Definitions for aol

This page provides all possible meanings and translations of the word aol

Freebase

  1. AOL

    AOL Inc. is a multinational mass media corporation based in New York City that develops, grows, and invests in brands and web sites. The company's business spans digital distribution of content, products, and services, which it offers to consumers, publishers, and advertisers. Founded in 1985 as Quantum Computer Services, an online services company by Jim Kimsey from the remnants of Control Video Corporation, AOL has franchised its services to companies in several nations around the world or set up international versions of its services. AOL is headquartered at 770 Broadway in New York but has many offices in cities throughout North America. Its global offices include Bangalore, India; Dreieich, Germany; Dublin, Ireland; London, United Kingdom; and Tel Aviv, Israel. As of October 2012, it serves 2.9 million paid and free domestic subscribers. AOL is best known for its online software suite, also called AOL, that allowed customers to access the world's largest "walled garden" online community and eventually reach out to the Internet as a whole. At its peak, AOL's membership was over 30 million members worldwide, most of whom accessed the AOL service through the AOL software suite. AOL was ranked fourth in a 2007 USA Today retrospective on the 25 events that shaped the first 25 years of the Internet and was named to the ".com 25" by a panel of Silicon Valley influencers on the occasion of the same anniversary.

The New Hacker's Dictionary

  1. AOL

    [Usenet] Common synonym for “Me, too!” alluding to the legendary propensity of America Online users to utter contentless “Me, too!” postings. The number of exclamation points following varies from zero to five or so. The pseudo-HTML<AOL>Me, too!</AOL>is also frequently seen. See also September that never ended.

CrunchBase

  1. AOL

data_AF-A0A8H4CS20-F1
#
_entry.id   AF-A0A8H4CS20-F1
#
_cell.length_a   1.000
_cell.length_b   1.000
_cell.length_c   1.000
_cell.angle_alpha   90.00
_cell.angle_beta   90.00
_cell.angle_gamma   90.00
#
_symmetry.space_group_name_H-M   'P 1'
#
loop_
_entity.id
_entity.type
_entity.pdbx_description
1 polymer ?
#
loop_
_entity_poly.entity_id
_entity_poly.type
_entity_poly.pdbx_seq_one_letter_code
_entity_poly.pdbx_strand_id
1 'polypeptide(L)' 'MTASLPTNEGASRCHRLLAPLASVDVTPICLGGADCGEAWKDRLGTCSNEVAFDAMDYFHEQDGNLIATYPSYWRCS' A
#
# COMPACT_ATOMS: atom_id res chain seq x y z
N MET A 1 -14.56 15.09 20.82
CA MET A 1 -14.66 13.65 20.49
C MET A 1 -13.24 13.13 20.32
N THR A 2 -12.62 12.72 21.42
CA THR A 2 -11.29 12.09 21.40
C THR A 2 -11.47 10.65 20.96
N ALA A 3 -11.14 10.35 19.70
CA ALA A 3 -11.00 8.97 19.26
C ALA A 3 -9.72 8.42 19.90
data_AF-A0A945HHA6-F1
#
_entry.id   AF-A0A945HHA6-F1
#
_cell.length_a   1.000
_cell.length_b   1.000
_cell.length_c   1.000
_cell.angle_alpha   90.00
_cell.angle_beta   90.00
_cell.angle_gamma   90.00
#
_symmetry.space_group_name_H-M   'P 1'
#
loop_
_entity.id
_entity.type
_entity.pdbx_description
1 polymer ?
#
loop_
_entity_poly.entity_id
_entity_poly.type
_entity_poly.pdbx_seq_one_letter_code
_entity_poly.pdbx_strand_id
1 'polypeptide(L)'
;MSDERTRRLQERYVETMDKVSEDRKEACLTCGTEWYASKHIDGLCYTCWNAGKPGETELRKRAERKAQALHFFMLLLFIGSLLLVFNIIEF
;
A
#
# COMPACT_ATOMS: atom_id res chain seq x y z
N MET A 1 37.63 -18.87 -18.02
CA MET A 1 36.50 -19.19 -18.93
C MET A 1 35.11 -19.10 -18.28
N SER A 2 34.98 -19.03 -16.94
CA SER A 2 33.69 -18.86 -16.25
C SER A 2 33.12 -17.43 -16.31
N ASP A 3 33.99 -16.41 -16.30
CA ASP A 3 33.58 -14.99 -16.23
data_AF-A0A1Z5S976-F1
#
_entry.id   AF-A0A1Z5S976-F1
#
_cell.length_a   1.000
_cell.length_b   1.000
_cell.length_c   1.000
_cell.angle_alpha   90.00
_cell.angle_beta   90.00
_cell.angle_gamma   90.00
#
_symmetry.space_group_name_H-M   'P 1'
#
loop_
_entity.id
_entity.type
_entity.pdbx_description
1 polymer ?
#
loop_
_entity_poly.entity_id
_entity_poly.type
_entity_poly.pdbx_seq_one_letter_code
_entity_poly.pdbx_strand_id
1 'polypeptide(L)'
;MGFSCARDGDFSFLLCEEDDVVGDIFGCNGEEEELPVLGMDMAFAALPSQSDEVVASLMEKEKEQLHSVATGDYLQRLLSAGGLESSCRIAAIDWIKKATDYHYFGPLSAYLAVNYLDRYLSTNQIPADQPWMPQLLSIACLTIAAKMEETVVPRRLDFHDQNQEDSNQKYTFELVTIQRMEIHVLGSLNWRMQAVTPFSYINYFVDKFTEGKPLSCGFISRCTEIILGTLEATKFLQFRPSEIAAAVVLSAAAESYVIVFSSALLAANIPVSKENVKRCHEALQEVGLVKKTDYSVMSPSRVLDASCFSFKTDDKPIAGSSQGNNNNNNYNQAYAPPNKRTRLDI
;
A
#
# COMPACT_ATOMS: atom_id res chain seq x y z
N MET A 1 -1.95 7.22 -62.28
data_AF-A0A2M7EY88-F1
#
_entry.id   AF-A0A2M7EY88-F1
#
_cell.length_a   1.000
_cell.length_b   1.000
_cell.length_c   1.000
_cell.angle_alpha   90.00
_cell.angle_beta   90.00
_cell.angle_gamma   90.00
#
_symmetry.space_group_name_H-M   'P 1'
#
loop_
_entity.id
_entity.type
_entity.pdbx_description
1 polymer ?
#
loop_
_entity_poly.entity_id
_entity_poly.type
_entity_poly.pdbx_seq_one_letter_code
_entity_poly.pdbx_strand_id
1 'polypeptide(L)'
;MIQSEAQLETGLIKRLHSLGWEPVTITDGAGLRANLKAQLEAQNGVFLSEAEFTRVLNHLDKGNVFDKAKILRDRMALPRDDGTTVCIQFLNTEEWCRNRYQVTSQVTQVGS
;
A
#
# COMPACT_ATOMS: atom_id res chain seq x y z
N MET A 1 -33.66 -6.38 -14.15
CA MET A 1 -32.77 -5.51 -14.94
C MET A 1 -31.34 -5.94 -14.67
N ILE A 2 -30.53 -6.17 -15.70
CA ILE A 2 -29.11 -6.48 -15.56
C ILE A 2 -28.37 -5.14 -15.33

AOL is a global advertising-supported Web company, with display advertising network in the U.S., a substantial worldwide audience, and a suite of popular Web brands and products.The company’s strategy focuses on increasing the scale and sophistication of its advertising platform and growing the size and engagement of its global online audience through leading products and programming.History of Aol:AOL was founded in the early 1980’s as Control Video Corp, with an online service, Gameline, for the Atari 2600 console. In 1985 the company was re-named Quantum Computer Services and was the first online service launched for the Commodore 64 and 128 consoles. In 1988, the company created an online service for the PC and changed its name to AOL (America Online), becoming over the next decade the premier Online access subscription business, at one point having almost 25MM subscribers. AOL originally went public in 1992 and grew to become the largest online access and portal company on the Web. In 2000, AOL acquired Time Warner for $160B+ in what was then considered to be the largest M&A transaction, and the company was re-named AOL Time Warner. The merger was not fruitful and on May 28, 2009, Time Warner announced that it would spin off AOL into a separate public company. The spinoff occurred on December 9, 2009, ending the eight-year relationship between the two companies.Since then, AOL has focused on reinventing itself as a brand company under the guidance of CEO Tim Armstrong, creating and acquiring a range of content properties. Major acquisitions include the purchase of technology news blog TechCrunch in September 2010, and on March 7, 2011, the purchase of The Huffington Post. Other AOL brands include Moviefone, Engadget, Patch, Stylelist, MapQuest, Cambio and about.me.

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